Somewhere buried in the middle of the unfolding Covid-19 crisis in March, Chancellor Rishi Sunak unveiled his first Spring Budget. While the global pandemic is sure to leave a deep scar which will, in time, need to be treated, it’s important for businesses to bear in mind that the provisions made in the Spring Budget will start to affect them long before the current crisis subsides.
With many small businesses closed or operating with reduced capacity, now is the ideal time to consider the implications of the Spring Budget for when life begins to return to normal:
1) Staff Absence Through Ill-Health
Even before the UK’s lockdown was introduced in March, many businesses were feeling the pinch with employees taking time off-work with sickness. If you employ less than 250 people, you can now claim a refund of Statutory Sick Pay (SSP) to help cover your costs, up to a maximum of 14 days. The employees won’t need to obtain a GP’s note.
2) Retail, Leisure, And Hospitality
Businesses with a rateable value below £51,000, who operate in the retail, leisure, and hospitality sectors, will benefit hugely this year from a 100% reduction in business rates, offering a saving of up to £25,000. Pubs will receive an increased discount of £5,000, while the freezing of duty on alcohol means that customers won’t have to pay higher prices, helping to secure their loyalty.
3) Fuel Costs
The rising cost of fuel in recent years has been a concern to many small businesses, especially those with regular transportation costs. The freezing of fuel duty in the Budget will come as a relief to business owners, while the more recent plummet in the value of oil has also driven down fuel prices on the forecourts to their lowest in years.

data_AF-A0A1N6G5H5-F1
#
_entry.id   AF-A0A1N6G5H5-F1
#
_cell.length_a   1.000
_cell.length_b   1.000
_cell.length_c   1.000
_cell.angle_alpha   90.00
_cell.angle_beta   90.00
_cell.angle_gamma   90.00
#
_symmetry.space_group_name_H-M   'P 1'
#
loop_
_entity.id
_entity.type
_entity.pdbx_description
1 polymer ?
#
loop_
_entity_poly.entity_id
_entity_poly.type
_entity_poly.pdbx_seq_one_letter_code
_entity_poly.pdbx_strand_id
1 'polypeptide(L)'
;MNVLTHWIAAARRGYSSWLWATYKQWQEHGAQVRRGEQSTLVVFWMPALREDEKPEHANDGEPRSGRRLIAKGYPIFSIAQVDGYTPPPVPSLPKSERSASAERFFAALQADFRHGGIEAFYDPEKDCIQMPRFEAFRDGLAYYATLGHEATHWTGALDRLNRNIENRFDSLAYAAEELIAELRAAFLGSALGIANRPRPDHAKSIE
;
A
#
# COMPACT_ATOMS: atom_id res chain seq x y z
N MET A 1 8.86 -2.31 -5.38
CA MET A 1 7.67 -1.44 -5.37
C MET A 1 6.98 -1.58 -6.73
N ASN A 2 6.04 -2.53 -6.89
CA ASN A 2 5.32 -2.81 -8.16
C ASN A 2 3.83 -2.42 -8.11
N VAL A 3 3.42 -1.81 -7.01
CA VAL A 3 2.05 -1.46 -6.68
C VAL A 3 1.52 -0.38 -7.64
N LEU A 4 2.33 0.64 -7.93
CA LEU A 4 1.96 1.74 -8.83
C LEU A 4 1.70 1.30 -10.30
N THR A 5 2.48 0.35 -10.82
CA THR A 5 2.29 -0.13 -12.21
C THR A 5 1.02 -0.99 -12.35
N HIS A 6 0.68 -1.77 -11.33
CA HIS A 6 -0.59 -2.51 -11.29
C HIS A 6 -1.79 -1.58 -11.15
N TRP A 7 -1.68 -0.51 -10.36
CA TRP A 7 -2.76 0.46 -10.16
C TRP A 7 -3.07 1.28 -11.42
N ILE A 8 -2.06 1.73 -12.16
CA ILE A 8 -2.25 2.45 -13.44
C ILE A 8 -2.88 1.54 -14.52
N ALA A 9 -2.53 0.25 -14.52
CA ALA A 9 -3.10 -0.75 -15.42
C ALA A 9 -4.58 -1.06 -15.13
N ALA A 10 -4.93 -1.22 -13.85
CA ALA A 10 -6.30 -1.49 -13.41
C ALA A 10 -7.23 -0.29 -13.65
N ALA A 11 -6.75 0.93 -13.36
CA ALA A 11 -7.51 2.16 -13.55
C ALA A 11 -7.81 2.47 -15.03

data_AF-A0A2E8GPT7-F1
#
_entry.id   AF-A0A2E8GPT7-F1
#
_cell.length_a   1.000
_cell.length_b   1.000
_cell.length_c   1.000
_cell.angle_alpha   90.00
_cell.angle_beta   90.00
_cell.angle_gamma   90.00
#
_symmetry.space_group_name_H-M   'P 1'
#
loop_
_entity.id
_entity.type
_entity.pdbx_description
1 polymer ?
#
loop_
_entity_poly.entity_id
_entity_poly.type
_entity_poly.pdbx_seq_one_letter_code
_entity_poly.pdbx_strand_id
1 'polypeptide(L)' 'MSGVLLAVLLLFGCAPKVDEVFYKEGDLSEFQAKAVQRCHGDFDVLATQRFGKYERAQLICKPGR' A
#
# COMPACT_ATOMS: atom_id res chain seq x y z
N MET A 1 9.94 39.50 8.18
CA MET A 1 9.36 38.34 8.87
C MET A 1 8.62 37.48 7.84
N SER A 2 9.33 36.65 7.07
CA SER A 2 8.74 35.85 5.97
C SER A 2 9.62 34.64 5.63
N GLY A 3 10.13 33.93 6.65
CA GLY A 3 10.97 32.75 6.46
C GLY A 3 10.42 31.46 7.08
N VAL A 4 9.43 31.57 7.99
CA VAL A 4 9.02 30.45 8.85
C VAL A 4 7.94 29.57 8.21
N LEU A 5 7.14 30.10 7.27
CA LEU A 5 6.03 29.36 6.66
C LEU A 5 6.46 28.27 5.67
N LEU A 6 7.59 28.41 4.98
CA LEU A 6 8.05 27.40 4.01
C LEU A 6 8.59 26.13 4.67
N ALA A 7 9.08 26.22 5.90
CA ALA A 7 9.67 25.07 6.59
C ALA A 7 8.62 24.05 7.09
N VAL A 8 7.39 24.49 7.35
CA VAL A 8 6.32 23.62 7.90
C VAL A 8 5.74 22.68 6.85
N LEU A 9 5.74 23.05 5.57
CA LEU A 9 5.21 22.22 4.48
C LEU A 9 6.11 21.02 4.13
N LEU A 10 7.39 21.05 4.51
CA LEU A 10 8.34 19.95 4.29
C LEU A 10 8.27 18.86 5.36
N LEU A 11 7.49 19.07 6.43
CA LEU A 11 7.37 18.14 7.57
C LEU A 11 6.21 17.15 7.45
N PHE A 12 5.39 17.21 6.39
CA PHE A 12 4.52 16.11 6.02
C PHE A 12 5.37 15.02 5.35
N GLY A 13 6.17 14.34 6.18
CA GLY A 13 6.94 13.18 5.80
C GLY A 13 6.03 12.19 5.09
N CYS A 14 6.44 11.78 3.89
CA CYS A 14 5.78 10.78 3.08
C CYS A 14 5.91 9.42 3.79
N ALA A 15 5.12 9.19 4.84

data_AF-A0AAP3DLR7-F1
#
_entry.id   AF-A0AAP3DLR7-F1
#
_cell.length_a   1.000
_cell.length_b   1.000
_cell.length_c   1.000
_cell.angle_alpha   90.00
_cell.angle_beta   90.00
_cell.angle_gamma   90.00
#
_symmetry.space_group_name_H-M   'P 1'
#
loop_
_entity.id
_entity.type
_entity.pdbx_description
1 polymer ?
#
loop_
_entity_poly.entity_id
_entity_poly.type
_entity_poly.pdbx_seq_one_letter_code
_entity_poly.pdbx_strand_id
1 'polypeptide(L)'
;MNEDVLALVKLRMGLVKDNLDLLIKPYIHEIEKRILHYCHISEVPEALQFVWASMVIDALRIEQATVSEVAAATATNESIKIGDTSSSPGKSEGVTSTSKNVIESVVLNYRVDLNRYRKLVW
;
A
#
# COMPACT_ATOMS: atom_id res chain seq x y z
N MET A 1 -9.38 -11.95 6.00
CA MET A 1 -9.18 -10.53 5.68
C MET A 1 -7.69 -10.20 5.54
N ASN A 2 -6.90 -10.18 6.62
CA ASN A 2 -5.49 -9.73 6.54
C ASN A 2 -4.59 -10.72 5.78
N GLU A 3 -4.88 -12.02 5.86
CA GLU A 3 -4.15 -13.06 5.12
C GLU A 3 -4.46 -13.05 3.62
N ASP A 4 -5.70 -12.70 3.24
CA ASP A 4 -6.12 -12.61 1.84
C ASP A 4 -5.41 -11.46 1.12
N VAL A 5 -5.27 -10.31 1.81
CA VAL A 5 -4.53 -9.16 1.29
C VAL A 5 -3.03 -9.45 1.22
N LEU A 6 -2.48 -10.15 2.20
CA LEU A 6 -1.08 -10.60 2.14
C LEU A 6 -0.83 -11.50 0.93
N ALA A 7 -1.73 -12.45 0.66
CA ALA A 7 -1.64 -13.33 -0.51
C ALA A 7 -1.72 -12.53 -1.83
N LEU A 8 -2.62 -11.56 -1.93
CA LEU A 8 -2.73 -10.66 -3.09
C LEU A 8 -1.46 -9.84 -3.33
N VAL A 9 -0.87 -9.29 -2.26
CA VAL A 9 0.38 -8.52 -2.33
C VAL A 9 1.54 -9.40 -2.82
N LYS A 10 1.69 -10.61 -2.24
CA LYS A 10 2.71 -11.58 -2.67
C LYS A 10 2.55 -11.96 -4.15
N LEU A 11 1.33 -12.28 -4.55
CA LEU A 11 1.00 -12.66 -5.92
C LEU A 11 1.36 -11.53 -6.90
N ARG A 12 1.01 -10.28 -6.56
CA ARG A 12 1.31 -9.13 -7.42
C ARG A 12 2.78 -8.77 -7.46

With so much commerce now carried out online – and the Covid-19 lockdown increasing the number of employees working remotely – fast, reliable broadband is a must-have for businesses of all sizes. With the upgrade of Internet infrastructure a priority for the current administration, the Budget confirmed a £5bn injection of cash to fund superfast broadband for all parts of the UK.
5) Roads And Transport
Many small businesses rely on the transportation system for a timely supply chain, with congestion and delays a source of frustration and reduced productivity. In his Spring Budget, the Chancellor announced £27bn for road improvements (particularly motorways and arterial routes) and £2.5bn for resurfacing and pothole repairs, offering small businesses a glimmer of light that an improved road network may benefit their businesses in the medium-term.
6) Recyclable Packaging
For small businesses in manufacturing or product delivery, packaging is a bulky commodity. From April 2022, packaging that contains less than 30% recycled content will incur a £200 per tonne charge.
7) Getting A Grant?
Businesses that are eligible for Small Business Rate Relief (SBRR) will be eligible to apply for a grant to meet business costs of up to £3,000.
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